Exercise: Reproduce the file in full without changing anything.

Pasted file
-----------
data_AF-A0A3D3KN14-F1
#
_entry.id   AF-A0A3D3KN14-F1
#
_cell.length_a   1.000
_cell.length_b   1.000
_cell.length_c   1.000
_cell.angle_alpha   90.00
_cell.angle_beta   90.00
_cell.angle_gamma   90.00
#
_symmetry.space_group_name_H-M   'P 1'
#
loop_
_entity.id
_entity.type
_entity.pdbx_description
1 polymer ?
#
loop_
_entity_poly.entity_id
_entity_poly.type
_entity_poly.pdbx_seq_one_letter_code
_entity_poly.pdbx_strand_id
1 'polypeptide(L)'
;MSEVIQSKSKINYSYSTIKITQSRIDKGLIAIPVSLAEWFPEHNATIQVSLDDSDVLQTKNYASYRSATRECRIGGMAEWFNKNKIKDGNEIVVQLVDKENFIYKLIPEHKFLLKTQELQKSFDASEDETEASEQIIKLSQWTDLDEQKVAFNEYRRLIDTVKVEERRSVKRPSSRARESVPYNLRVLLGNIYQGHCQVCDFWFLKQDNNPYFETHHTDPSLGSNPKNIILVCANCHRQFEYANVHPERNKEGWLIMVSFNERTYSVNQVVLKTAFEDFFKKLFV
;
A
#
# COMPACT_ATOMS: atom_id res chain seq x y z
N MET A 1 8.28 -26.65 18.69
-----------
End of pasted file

data_AF-A0A3D3KN14-F1
#
_entry.id   AF-A0A3D3KN14-F1
#
_cell.length_a   1.000
_cell.length_b   1.000
_cell.length_c   1.000
_cell.angle_alpha   90.00
_cell.angle_beta   90.00
_cell.angle_gamma   90.00
#
_symmetry.space_group_name_H-M   'P 1'
#
loop_
_entity.id
_entity.type
_entity.pdbx_description
1 polymer ?
#
loop_
_entity_poly.entity_id
_entity_poly.type
_entity_poly.pdbx_seq_one_letter_code
_entity_poly.pdbx_strand_id
1 'polypeptide(L)'
;MSEVIQSKSKINYSYSTIKITQSRIDKGLIAIPVSLAEWFPEHNATIQVSLDDSDVLQTKNYASYRSATRECRIGGMAEWFNKNKIKDGNEIVVQLVDKENFIYKLIPEHKFLLKTQELQKSFDASEDETEASEQIIKLSQWTDLDEQKVAFNEYRRLIDTVKVEERRSVKRPSSRARESVPYNLRVLLGNIYQGHCQVCDFWFLKQDNNPYFETHHTDPSLGSNPKNIILVCANCHRQFEYANVHPERNKEGWLIMVSFNERTYSVNQVVLKTAFEDFFKKLFV
;
A
#
# COMPACT_ATOMS: atom_id res chain seq x y z
N MET A 1 8.28 -26.65 18.69